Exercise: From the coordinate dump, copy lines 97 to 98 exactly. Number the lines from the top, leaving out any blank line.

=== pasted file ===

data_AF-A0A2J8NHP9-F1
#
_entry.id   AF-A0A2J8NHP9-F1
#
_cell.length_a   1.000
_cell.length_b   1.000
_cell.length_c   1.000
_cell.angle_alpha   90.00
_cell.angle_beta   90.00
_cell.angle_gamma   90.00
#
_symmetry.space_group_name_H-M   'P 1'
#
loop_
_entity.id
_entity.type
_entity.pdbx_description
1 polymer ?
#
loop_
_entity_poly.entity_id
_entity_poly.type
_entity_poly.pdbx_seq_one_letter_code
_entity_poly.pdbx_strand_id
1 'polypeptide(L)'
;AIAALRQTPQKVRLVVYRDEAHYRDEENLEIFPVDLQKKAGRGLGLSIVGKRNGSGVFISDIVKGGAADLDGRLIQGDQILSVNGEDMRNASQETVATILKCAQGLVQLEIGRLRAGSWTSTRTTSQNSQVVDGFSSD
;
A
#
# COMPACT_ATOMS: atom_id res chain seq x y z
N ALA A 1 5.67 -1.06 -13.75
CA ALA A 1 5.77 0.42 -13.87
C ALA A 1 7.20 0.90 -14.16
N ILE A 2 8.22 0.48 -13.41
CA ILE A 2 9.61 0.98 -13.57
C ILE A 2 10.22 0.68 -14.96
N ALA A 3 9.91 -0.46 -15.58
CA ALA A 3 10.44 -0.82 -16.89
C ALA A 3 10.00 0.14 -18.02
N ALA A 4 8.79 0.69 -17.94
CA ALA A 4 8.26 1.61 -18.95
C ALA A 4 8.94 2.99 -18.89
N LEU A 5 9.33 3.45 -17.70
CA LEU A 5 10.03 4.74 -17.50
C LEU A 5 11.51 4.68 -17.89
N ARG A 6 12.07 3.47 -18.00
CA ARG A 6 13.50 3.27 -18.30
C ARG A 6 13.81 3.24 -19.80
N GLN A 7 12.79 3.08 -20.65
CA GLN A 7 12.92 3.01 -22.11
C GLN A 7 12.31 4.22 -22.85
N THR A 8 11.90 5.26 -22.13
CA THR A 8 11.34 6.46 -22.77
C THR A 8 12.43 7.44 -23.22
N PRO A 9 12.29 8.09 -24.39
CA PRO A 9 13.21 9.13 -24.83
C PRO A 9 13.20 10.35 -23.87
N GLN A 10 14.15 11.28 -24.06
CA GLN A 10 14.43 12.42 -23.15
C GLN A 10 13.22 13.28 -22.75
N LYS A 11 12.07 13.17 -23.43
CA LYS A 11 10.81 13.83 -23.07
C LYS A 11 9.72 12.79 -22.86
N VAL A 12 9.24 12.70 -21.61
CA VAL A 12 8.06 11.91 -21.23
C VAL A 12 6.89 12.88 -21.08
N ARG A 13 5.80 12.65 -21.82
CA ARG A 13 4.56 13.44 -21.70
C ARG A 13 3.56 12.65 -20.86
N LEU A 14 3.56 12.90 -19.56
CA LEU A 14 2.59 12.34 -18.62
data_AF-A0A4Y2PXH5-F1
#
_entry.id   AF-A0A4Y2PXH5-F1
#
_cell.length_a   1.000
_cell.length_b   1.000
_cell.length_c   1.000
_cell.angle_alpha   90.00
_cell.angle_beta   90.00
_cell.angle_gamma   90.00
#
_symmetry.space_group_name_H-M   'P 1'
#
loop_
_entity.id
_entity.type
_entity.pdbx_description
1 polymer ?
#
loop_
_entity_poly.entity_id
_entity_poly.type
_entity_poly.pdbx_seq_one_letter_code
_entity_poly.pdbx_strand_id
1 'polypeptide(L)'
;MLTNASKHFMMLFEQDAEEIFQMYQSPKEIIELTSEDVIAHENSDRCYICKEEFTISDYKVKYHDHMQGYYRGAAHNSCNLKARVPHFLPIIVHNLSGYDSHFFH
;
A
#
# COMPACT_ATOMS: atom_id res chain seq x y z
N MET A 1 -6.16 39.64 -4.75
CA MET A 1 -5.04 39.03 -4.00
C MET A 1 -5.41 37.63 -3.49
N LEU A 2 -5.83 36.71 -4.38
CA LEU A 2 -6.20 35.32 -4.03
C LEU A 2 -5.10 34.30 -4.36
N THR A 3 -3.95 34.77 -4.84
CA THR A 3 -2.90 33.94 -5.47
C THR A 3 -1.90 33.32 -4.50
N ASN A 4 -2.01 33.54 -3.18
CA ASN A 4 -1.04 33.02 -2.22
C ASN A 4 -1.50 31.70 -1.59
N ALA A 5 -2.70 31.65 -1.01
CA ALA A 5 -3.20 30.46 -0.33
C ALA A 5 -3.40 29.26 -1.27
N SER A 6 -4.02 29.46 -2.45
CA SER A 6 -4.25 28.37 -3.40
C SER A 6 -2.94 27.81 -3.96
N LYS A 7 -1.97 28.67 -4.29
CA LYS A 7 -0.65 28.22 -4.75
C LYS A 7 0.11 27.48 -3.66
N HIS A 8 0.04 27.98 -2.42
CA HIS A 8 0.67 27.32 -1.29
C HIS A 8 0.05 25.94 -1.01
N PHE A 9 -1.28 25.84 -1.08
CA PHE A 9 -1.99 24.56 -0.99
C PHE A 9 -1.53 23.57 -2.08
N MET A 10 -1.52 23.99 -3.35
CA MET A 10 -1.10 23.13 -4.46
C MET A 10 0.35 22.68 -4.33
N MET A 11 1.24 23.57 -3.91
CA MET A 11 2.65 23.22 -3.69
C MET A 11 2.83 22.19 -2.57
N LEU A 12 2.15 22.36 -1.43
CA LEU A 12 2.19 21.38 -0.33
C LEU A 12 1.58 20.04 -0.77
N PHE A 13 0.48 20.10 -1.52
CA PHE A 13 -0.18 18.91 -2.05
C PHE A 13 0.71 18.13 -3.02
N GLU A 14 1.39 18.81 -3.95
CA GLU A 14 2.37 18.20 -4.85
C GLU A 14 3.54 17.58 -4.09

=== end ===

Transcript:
;MLTNASKHFMMLFEQDAEEIFQMYQSPKEIIELTSEDVIAHENSDRCYICKEEFTISDYKVKYHDHMQGYYRGAAHNSCNLKARVPHFLPIIVHNLSGYDSHFFH
;